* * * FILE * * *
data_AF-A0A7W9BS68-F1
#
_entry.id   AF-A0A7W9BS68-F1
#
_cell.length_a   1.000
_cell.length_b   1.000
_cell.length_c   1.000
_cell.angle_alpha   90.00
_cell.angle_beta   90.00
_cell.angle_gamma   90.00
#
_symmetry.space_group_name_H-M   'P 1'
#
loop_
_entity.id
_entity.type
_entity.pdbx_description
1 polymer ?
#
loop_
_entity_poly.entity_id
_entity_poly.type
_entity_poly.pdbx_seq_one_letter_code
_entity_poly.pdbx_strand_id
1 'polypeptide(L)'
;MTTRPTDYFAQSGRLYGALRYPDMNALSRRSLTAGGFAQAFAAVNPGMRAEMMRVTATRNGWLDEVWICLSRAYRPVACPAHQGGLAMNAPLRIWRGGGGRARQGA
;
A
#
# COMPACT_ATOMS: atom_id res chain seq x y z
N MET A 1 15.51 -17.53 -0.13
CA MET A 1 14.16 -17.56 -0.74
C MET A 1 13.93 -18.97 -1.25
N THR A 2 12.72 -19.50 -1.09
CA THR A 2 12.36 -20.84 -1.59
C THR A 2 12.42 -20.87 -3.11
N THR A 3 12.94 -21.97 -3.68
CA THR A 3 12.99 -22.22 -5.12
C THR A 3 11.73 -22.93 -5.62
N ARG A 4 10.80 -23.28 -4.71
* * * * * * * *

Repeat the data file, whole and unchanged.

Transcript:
data_AF-A0A7W9BS68-F1
#
_entry.id   AF-A0A7W9BS68-F1
#
_cell.length_a   1.000
_cell.length_b   1.000
_cell.length_c   1.000
_cell.angle_alpha   90.00
_cell.angle_beta   90.00
_cell.angle_gamma   90.00
#
_symmetry.space_group_name_H-M   'P 1'
#
loop_
_entity.id
_entity.type
_entity.pdbx_description
1 polymer ?
#
loop_
_entity_poly.entity_id
_entity_poly.type
_entity_poly.pdbx_seq_one_letter_code
_entity_poly.pdbx_strand_id
1 'polypeptide(L)'
;MTTRPTDYFAQSGRLYGALRYPDMNALSRRSLTAGGFAQAFAAVNPGMRAEMMRVTATRNGWLDEVWICLSRAYRPVACPAHQGGLAMNAPLRIWRGGGGRARQGA
;
A
#
# COMPACT_ATOMS: atom_id res chain seq x y z
N MET A 1 15.51 -17.53 -0.13
CA MET A 1 14.16 -17.56 -0.74
C MET A 1 13.93 -18.97 -1.25
N THR A 2 12.72 -19.50 -1.09
CA THR A 2 12.36 -20.84 -1.59
C THR A 2 12.42 -20.87 -3.11
N THR A 3 12.94 -21.97 -3.68
CA THR A 3 12.99 -22.22 -5.12
C THR A 3 11.73 -22.93 -5.62
N ARG A 4 10.80 -23.28 -4.71